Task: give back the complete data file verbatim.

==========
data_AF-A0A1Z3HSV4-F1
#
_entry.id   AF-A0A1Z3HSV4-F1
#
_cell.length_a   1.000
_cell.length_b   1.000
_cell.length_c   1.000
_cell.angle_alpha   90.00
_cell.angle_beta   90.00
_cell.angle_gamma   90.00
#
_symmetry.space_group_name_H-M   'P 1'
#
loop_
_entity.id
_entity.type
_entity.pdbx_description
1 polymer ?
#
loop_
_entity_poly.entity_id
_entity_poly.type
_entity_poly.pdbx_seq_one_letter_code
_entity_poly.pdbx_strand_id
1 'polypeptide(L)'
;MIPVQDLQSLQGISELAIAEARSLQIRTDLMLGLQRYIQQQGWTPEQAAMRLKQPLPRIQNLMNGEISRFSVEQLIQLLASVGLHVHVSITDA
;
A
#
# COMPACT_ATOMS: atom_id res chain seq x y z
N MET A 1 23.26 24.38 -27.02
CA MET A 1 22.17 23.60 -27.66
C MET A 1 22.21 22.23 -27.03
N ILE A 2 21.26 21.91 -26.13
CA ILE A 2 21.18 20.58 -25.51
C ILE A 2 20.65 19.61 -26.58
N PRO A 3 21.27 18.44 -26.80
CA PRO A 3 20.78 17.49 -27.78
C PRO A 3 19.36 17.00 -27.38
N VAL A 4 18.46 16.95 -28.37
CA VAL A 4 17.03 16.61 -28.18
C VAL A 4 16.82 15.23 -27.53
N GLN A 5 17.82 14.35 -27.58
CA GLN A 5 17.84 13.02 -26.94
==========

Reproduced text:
data_AF-A0A1Z3HSV4-F1
#
_entry.id   AF-A0A1Z3HSV4-F1
#
_cell.length_a   1.000
_cell.length_b   1.000
_cell.length_c   1.000
_cell.angle_alpha   90.00
_cell.angle_beta   90.00
_cell.angle_gamma   90.00
#
_symmetry.space_group_name_H-M   'P 1'
#
loop_
_entity.id
_entity.type
_entity.pdbx_description
1 polymer ?
#
loop_
_entity_poly.entity_id
_entity_poly.type
_entity_poly.pdbx_seq_one_letter_code
_entity_poly.pdbx_strand_id
1 'polypeptide(L)'
;MIPVQDLQSLQGISELAIAEARSLQIRTDLMLGLQRYIQQQGWTPEQAAMRLKQPLPRIQNLMNGEISRFSVEQLIQLLASVGLHVHVSITDA
;
A
#
# COMPACT_ATOMS: atom_id res chain seq x y z
N MET A 1 23.26 24.38 -27.02
CA MET A 1 22.17 23.60 -27.66
C MET A 1 22.21 22.23 -27.03
N ILE A 2 21.26 21.91 -26.13
CA ILE A 2 21.18 20.58 -25.51
C ILE A 2 20.65 19.61 -26.58
N PRO A 3 21.27 18.44 -26.80
CA PRO A 3 20.78 17.49 -27.78
C PRO A 3 19.36 17.00 -27.38
N VAL A 4 18.46 16.95 -28.37
CA VAL A 4 17.03 16.61 -28.18
C VAL A 4 16.82 15.23 -27.53
N GLN A 5 17.82 14.35 -27.58
CA GLN A 5 17.84 13.02 -26.94